Covington Construction Trades School can’t open soon enough; industry desperately needs skilled workers

Town of Covington

John Kennedy sells paint for a living. He is also a matchmaker, a confidant and a sounding board.

Behind the counter at B&E Decorating near Ritte’s Corner in Latonia, Kennedy oversees a sort of vast network of contractors and homeowners who scour his small store to buy paint and seek connections.

These days, that network is seething with frustration.

“I hear it every day, from painters, plumbers, general contractors, carpenters and drywallers – whatever the trade, they all need help, desperately,” Kennedy said. “And because small entrepreneurs are dying for help, owners who want to hire them have found that the pool of people they can hire has shrunk dramatically. And if I can match them , what previously took two to three weeks for work to begin now takes two to three months.

The Enzweiler Building Institute, which teaches essential building trades like plumbing, is opening a campus in Latonia this fall.

Kennedy’s assessment rings true as another shred of evidence that says it all: A planned new construction trades school in the Latonia neighborhood can’t open soon enough.

Whether you measure urgency by Facebook chatter, national statistics, calls for help from contractors, underemployed heads of households, unemployed high school graduates, delays in construction schedules, or the lack labor in construction, it is clear that the need for the joint venture is intense:

Since the City of Covington announced the project in a press release last month, a Facebook post linked to the post has been ‘shared’ from the city’s site nearly 2,000 times, has been viewed by 200,000 people. and was visible on a computer or phone screen. nearly a quarter of a million times.

Meanwhile, a national industry association estimates nearly 1.3 million more construction workers will be needed by 2023.

And local contractors and builders interviewed for this article say that given the current labor environment, they cannot keep pace with people who need homes rebuilt, remodeled and restored.

It is in this market that the city is partnering with the Building Industry Association of Northern Kentucky (BIA-NKY) to create a Covington campus of the association’s renowned Enzweiler Building Institute.

Scheduled to open in September 2022, the school will train both high school students and adults in some of the most in-demand trades in the industry, including carpentry, welding, electrical, HVAC and plumbing. The goal – as seen HERE – is part of the city’s long-term strategy to build the skills of its local workforce and not only improve individual household incomes, but also help the construction industry to meet a critical need.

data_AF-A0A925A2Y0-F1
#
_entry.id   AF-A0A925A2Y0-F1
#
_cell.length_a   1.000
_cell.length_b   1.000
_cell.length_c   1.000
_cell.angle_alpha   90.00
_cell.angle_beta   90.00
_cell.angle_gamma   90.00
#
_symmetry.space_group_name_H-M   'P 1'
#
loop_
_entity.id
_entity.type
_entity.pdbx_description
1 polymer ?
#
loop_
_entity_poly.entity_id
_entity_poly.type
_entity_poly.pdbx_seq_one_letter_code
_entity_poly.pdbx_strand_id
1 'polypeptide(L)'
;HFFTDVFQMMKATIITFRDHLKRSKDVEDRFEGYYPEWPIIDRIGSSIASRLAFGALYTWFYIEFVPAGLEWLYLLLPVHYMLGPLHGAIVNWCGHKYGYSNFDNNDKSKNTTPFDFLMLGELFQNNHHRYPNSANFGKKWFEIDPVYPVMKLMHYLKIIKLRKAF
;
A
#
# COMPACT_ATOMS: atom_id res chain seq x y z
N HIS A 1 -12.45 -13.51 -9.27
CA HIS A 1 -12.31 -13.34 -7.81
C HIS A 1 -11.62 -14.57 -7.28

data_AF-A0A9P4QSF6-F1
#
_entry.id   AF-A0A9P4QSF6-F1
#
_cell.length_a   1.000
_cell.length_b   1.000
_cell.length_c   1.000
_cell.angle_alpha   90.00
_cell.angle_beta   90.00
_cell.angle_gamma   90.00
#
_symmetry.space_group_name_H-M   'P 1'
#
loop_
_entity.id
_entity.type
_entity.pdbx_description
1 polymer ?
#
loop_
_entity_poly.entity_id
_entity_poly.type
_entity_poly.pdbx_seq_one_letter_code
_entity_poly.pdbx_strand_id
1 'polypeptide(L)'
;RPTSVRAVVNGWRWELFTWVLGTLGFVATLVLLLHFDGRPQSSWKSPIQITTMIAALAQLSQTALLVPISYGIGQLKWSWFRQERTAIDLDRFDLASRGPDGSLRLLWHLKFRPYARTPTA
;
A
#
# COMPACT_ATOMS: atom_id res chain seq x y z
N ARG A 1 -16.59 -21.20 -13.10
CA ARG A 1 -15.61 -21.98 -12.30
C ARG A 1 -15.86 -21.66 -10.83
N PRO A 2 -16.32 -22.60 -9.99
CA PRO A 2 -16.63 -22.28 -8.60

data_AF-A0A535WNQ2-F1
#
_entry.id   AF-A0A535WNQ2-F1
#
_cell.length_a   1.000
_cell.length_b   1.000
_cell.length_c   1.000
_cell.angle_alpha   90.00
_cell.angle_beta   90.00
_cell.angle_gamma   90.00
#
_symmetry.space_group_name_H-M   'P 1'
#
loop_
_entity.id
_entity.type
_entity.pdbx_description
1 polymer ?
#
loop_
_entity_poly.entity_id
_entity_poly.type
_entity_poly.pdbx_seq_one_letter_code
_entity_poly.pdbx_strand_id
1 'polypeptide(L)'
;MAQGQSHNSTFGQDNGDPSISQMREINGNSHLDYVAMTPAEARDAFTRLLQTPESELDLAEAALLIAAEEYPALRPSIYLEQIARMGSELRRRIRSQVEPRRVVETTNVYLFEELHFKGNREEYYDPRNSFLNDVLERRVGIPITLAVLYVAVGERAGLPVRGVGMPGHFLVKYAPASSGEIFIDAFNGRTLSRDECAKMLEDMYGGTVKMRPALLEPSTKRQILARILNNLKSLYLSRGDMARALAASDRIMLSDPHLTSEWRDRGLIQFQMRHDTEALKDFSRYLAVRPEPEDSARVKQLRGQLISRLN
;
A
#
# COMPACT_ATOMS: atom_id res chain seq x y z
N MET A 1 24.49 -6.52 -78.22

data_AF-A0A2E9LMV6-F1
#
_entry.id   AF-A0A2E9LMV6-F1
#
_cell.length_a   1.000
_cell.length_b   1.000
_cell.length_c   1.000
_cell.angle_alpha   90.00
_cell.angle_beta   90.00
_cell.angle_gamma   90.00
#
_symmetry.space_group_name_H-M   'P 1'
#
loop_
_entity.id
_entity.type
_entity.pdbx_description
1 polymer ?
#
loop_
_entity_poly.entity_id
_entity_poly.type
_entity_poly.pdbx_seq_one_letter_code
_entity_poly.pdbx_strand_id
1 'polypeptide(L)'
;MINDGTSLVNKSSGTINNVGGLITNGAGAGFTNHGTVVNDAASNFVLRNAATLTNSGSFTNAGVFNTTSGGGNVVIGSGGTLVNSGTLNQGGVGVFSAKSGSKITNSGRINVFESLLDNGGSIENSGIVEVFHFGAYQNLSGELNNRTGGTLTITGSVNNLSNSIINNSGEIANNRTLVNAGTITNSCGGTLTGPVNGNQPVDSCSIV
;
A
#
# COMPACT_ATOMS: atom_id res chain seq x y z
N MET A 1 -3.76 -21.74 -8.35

Dr. Vicki Berling, director of professional development for BIA-NKY which runs the Building Institute, said she is approached daily by employers looking for skilled workers.

“Every week — honestly, usually every day — employers contact me asking if we have any workers available in the skilled trades,” Berling said. “This relates to all the areas we train for, but I mostly hear employers looking for skills related to carpentry or construction workers as well as a constant demand for electrical workers. Virtually all of our current students are already working in the field, it is therefore clear that the demand exceeds our current capacity to fill positions.

Anticipation in the industry

Talk to industry leaders, and they say the new school can’t open fast enough:

John Hodge, President of Century Construction: “The new construction trades school is a long time coming and will provide excellent opportunities for students and employers…students will no doubt have many job opportunities upon graduation. degree and probably even before graduation.

John Curtin, Senior Vice President of Hemmer Construction: “Right now, labor in most, if not all, trades is in high demand. These aren’t just short-term jobs, they’re careers. People who excel will also have the chance to one day own and manage their own business. It’s really exciting and what a great time to start.

Brian Miller, Executive Vice President, BIA-NKY: “We are at the confluence of situations where we have the opportunity to work to fill this gap and at the same time train people in a great profession where they can have a great career. and build wealth early.

The opportunity for Covington residents is particularly high, as 25% of places in any of the school’s classes will be reserved for Covington students and residents up to 30 days before classes begin.

The Covington campus will also be the site of future foodservice careers seminars and workshops that BIA-NKY is working with the city to deliver. These programs – as seen HERE – will teach specialized skills related to working on historic structures.